CBN Offers New 12-Month Futures Contract of $1bn at N250/$
One month into the June 27, 2016 introduction of and formal unveiling of the Naira-Settled OTC FX Futures Market, the pioneer 1M contract – NGUS JUL 27 2016 $/N279, for about $26.73 million executed between the Central Bank of Nigeria (CBN) and authorised Dealers on FMDQ OTC Securities Exchange, matured and was settled on Wednesday, July 27, 2016, according to this BusinessDay.
Consequently, in line with the FMDQ OTC FX Futures Market Framework,N962.23mn total Settlement Amount was paid to the ‘Futures Banks’ – the counterparties to the CBN – on the matured NGUS JUL 27 2016 at $/N279 on the maturity date, July 27, 2016.
The CBN has consequently replaced the matured July 2016 contract and has now offered a new 12M contract, NGUS Jul 19 2017, with a total notional amount on offer of $1.00bn at N250 to $1.
Analysts say this is a milestone in the history of the Nigerian FX market, with the OTC FX Futures market having reported remarkable success in its almost one month of existence with over $1.20bn worth of the CBN’s OTC FX Futures contracts across all the tenors.
The profile of the buyers of the contracts includes Foreign Portfolio Investors (FPIs) and importers, among others, who have been trading on the FMDQ OTC FX Futures Trading and Reporting System.
In line with the OTC FX Futures Market Framework released by FMDQ and the FMDQ OTC FX Futures Market Operational Standards, the 1M contract was valued by the Exchange against the Nigerian Inter-Bank Foreign Exchange Fixing (NIFEX) spot rate, which ceased to trade on Wednesday, July 20, 2016.
Clearing operations and settlement for the final variation margins, as valued by FMDQ, were effected through the Nigeria Inter-Bank Settlement System PLC (NIBSS), acting as the clearing and settlement infrastructure for the margining and settlement of the OTC FX Futures contracts.
Meanwhile, the hike in the Monetary Policy Rate (MPR), anchor rate at which the CBN lends to banks by the Monetary Policy Committee (MPC) may have started its positive impact, with over 4,000 percentage or $158million surge in deals at the interbank FX spot market, a day after the decision, data from the FMDQ website show.
Consequently, foreign exchange dealers traded $162.4million in 33 spot deals between Tuesday and Wednesday, compared to thin trade of $3.560million recorded the preceding Monday in six deals.
Nigeria’s currency traded at an average of N316.93/USD on Thursday, as at 2.39 PM, FMDQ data showed. At the FX interbank spot market, the local currency reached a high of N340.46/USD and a low of N283/USD yesterday. Dealers traded $23.414million on Thursday in 12 deals.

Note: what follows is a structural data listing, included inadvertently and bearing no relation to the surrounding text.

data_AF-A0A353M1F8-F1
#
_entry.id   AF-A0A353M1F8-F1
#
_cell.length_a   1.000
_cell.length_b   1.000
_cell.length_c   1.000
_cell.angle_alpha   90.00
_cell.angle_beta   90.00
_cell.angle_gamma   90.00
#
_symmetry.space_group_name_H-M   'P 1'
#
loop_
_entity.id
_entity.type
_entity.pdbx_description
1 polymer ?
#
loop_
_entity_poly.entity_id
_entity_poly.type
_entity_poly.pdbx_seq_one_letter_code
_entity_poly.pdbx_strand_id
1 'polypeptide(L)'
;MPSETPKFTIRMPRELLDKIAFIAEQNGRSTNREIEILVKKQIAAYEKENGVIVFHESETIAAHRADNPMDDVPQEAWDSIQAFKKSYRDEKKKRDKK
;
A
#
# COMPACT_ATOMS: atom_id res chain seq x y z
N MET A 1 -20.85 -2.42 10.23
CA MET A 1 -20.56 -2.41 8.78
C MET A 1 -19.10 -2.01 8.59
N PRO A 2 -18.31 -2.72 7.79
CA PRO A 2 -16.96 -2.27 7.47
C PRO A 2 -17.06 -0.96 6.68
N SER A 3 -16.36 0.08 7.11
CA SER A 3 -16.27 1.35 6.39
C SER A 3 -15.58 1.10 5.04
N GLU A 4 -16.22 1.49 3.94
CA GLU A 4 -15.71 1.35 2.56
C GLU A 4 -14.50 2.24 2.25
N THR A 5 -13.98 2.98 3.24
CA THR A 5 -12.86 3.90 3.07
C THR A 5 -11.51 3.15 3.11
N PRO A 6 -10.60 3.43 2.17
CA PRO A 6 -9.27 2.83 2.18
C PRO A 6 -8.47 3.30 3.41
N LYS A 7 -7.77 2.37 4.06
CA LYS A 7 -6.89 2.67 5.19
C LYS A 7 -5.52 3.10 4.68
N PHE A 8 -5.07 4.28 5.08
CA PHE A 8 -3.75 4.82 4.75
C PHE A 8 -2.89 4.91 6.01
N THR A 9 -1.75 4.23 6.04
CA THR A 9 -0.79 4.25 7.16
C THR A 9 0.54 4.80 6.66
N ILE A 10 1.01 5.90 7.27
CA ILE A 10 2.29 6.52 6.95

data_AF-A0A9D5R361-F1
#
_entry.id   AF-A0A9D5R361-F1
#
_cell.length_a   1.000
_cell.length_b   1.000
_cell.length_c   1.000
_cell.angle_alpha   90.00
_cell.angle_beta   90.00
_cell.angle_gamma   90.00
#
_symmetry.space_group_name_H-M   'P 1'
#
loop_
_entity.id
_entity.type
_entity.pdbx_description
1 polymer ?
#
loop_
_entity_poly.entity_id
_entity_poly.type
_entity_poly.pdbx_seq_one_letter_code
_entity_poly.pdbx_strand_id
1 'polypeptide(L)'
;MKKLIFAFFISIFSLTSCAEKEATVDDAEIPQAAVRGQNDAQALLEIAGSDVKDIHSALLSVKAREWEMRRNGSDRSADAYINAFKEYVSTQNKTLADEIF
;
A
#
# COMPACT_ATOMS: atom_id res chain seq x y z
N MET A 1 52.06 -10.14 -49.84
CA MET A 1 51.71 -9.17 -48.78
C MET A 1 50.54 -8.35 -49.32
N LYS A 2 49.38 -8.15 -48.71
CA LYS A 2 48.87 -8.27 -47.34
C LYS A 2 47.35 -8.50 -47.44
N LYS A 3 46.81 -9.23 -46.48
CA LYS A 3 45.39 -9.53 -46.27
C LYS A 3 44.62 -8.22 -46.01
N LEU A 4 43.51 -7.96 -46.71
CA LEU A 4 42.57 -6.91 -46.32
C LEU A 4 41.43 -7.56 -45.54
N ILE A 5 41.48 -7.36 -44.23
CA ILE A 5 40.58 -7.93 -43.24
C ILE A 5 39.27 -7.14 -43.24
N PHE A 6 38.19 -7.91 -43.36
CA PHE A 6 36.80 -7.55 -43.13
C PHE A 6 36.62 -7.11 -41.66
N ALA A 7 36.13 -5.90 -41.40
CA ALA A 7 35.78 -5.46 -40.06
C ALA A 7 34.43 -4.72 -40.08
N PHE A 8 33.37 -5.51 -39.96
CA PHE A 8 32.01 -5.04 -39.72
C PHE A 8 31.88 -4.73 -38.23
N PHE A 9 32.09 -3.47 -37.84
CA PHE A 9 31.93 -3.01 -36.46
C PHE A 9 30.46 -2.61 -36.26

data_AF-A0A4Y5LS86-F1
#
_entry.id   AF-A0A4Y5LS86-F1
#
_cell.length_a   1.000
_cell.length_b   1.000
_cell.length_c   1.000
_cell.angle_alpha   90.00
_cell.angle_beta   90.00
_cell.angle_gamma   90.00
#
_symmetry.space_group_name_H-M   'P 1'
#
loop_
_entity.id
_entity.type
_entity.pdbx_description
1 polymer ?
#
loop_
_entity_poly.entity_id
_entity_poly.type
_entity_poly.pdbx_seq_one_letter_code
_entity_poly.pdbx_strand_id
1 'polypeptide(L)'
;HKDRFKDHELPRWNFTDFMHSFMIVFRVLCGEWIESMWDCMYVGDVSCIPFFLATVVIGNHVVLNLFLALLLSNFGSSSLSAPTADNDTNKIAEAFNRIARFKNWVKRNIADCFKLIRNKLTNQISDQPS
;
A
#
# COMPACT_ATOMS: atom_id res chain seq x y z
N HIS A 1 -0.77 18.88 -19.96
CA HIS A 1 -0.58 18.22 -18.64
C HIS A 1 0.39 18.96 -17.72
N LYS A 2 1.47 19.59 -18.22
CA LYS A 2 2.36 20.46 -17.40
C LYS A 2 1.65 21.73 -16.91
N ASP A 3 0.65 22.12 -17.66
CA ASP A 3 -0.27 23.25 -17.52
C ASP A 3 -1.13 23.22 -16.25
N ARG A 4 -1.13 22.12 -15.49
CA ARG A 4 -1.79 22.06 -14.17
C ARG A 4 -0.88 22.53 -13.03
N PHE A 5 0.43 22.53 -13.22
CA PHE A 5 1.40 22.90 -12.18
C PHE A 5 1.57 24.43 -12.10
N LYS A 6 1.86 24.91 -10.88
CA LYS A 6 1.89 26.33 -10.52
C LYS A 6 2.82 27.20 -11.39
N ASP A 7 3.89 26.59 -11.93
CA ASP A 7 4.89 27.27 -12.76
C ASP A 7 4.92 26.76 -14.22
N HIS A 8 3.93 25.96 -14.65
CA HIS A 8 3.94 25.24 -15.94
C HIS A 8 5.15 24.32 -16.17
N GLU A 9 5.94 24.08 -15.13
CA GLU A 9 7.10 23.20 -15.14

Charlie Robertson, global chief economist at Moscow-based Renaissance Capital said “Nigeria FX is closer to the market clearing rate and long-term fair value (315-320/$) on a 20 year average Real Effective Exchange Rate (REER) model”.
“The key point is that Africa is back – with two of the three biggest economies (Nigeria and Egypt) now making themselves investable again, after an overly long period where FX policy deterred investors. As we progress through 2H16, it is worth re-examining Africa again,” Robertson said.
Michael Famoroti, economic research analyst at Vetiva Capital Management, in recent commentary said the move by the MPC is positive for the naira in the short-term “but note that longer-term, it is in addressing the structural defects in Nigeria’s export sectors that will ensure a viable currency market.
“We expect that following this decision, the interbank market rate could retrace closer to the N300/USD level and if the CBN’s move to redirect liquidity via banks to Bureau De Changes (BDCs) proves successful, the gap between the interbank and parallel market rate could narrow in the coming weeks,” the Vetiva analyst added.
The prices of oil, Nigeria’s biggest source of revenue steadied just above three-month lows on Thursday, as producers continued to pump more than needed, filling inventories, and economic growth prospects darkened.
Brent crude oil was down 35 cents at $43.12 a barrel by 1335 GMT, after touching $42.88, its lowest since April 20. U.S. light crude was down 15 cents at $41.77.
“Having introduced a flexible exchange rate policy, we expect the current move by the CBN to raise interest rates to positively affect the foreign exchange market as we anticipate that more foreign direct investments (FDI) will begin to flow into the country, targeting investments in Government securities which will now return higher. This should immediately improve liquidity in the FX market and reduce volatility,” said research analysts at Lagos-based Capital Bancorp Plc.
Naira-Settled OTC FX Futures contracts are essentially non-deliverable Forwards (NDF) contracts where parties agree to an exchange rate for a predetermined date in the future, without the obligation to deliver the underlying US Dollar (notional amount) on the maturity/settlement date.
Upon maturity, both parties are assumed to have transacted at the Spot FX market rate.
Since these contracts are cash- settled in Naira, there is no physical delivery of the underlying currency to the counterparties, in this case the CBN and the Authorised Dealers.
The differential between the OTC FX Futures contract rate and the NIFEX Spot rate on the settlement day determines the Settlement Amount, the gain/loss inherent in the contract; and the party that would have suffered a loss with the NIFEX Spot FX rate is paid the Settlement Amount in Naira, thus ensuring that both parties in purchasing or selling the US Dollar in the Spot FX market will achieve an effective rate equal to the NDF rate that had been guaranteed to each other via the trade in the OTC FX Futures contract.
To facilitate the operational efficiency of the Futures market, the CBN, on June 24, 2016, issued a circular on ‘Externalisation of Differentials on OTC FX Futures Contracts for FPIs’, thus providing an avenue for this category of end-users, upon presentation of an FMDQ-issued Settlement Advice and a Certificate of Capital Importation, to repatriate the Settlement Amounts of the OTC FX Futures contracts. Similarly, on July 22, 2016, the apex Bank released another circular mandating the sale of foreign currency proceeds of international money transfers by banks to the Bureaux-de-Change (BDC) operators, who will in turn sell the proceeds to retail end-users.
Thus serving to ease the demand pressure for FX in the BDC market and improving the value of the Nigerian Naira against the US Dollar.